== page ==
Welcome back! Apologies for lateness, but I just got back from India after a wedding and a funeral, and attached emotions thereof. But onward and geronimo! As always, don't read if you haven't seen it.
Once you get past the supremely irritating Omg!RelationshipTroubles!, Asylum of the Daleks proves to be the strongest outing of the series since the midseason finale last season (the plastic clones, if you recall).
The writers have finally embraced (or at least recognized) the fact that through repetition, they've neutralized any sense of terror that the Daleks once elicited. Really, once an apron-clad Dalek offers you tea, there's no going back. Now they're the "most terrifying creatures in the universe, except when they're working as housemaids, emoting on Broadway (truly, a Dalek attempting an American accent must be the most terrifying thing a viewer can see), and blathering on about Eggs--Eggs--Eggs."
For the Daleks to continue to be villains that are even interesting, let alone scary, the writers really need to play around with the concept. Whether they're successful or not's a different matter, but at least they're trying.
The very concept of an asylum for the Daleks never really lived up to its potential (or any real definition, for that matter). It provided a suitably creepy framework for the ultimate Human Dalek (Oswyn-lek), but the setting wasn't developed properly (I assume this is a matter of time. This story could easily have been a two-parter). After all this, I have no idea what it actually means to be an insane Dalek. You turn them on, they start shooting. Same old Eggs-terminators.
But who could help but smile at the references to Classic Who adventures with the Daleks? The City of Exxilons is a particular favorite of mine. Basically, it's the Daleks vs. the insanely creepy Exxilons versus a massive puzzle labyrinth. Also, Sarah has a mullet:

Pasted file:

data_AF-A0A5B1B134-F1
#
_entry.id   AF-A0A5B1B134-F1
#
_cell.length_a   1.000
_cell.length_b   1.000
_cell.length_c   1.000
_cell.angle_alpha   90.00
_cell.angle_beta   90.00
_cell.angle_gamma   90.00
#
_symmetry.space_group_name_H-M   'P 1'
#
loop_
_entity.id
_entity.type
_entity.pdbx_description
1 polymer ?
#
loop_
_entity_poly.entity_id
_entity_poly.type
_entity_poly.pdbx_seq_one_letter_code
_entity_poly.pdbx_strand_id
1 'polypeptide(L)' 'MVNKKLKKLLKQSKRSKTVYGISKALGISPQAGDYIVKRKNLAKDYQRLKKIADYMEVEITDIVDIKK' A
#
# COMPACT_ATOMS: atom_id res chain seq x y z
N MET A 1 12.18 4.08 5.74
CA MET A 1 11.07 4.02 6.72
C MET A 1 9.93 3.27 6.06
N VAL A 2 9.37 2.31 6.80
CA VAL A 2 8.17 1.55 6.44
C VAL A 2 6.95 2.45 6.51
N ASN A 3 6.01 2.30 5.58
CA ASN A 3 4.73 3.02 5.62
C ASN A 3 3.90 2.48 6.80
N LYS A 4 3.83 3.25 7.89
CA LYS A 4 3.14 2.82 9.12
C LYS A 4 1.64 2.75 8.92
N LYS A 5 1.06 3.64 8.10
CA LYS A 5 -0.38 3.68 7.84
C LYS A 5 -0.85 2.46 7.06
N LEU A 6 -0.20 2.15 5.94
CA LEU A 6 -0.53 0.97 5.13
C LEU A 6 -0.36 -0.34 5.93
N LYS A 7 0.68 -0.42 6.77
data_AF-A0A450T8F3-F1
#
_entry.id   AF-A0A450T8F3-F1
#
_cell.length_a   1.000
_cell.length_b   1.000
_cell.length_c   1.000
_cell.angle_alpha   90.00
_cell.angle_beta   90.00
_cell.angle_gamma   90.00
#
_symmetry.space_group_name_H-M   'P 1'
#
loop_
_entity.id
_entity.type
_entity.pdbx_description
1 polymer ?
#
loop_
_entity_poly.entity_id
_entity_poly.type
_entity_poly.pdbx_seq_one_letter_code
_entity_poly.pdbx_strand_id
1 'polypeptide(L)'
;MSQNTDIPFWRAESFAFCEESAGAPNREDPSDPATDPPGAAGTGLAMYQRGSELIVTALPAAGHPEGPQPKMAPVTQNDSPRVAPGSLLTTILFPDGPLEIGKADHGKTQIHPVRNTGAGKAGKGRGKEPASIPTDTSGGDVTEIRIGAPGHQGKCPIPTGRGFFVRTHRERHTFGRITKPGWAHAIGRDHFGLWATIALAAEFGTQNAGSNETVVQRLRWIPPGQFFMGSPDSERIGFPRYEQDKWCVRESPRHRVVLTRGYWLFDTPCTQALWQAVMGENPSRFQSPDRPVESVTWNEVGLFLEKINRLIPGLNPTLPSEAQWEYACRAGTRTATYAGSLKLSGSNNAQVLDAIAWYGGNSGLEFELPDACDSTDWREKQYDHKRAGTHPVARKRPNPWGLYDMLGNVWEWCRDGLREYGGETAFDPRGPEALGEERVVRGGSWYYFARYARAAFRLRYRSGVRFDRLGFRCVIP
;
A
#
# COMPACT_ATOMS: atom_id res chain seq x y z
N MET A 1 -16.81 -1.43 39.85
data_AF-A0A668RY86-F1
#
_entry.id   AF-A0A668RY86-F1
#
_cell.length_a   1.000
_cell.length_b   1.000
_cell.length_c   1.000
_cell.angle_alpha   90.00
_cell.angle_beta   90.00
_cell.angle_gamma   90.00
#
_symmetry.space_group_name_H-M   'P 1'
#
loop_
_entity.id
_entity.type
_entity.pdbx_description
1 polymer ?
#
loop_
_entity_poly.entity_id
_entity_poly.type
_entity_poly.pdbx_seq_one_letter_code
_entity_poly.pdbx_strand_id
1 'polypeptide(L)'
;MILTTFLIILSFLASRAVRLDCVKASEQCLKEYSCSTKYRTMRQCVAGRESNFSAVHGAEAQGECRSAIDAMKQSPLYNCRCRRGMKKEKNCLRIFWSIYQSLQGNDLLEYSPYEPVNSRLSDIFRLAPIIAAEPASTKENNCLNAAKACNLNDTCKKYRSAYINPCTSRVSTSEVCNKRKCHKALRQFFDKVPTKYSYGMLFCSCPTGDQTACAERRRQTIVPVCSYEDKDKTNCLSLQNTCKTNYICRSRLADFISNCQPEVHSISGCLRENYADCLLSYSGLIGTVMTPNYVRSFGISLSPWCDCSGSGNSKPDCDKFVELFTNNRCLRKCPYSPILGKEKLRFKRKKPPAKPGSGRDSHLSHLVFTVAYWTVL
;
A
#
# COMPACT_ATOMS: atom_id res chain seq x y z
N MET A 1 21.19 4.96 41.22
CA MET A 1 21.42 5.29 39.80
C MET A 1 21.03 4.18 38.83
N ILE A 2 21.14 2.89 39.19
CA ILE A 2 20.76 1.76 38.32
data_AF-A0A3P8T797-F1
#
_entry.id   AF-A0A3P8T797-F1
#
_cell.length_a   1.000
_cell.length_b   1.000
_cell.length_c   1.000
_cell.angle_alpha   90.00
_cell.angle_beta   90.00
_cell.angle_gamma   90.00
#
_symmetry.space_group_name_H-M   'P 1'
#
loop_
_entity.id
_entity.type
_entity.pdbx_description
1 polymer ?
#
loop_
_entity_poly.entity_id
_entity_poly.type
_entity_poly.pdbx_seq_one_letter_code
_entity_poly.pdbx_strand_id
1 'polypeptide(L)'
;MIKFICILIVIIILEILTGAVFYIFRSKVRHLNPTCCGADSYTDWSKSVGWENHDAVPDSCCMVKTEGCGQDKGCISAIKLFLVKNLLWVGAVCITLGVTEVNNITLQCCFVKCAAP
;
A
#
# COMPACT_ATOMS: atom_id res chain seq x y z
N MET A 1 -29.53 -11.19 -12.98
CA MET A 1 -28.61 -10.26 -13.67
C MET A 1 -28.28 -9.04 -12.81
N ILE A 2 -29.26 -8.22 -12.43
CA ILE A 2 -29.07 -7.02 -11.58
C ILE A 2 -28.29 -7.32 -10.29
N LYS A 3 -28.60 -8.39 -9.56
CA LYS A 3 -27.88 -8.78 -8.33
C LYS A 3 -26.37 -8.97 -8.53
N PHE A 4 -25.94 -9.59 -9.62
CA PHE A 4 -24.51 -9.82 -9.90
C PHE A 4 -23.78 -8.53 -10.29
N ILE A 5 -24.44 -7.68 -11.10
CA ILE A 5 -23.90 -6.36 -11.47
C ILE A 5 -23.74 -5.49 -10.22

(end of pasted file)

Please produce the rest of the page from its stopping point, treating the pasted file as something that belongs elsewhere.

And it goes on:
Business in the front, party in the back. But I digress.
Asylum of the Daleks also provided us with a surprise appearance by Jenna-Louise Coleman, recently announced to be the new companion. While I emitted a heartfelt MEH at the casting of another teenage white girl character, she totally won me over in this episode. That said, she's dead. Who knows what the real companion will be like?
And speaking of dead, why didn't the Doctor try to save Oswyn-lek? Again and again, she proves that she can exert her will over the Dalekness that attempts to control her, even at the end. These aren't the angst-filled self-recriminations of the lone ranger in Dalek, Oswyn-lek is completely, genuinely human, with all the hopes, dreams, laughter and failure of any other non-Dalek being.
I love these little moments that reveal that even the Doctor, with all his worldliness (universliness?) has moments of prejudice that he simply can't put aside. It's these little nuggets that make him seem more human, and the more complicated hero that Moffat has sort of hinted at throughout his era, but has told us about rather than shown.
Tell me, what did you think about the episode? Play along in the comments!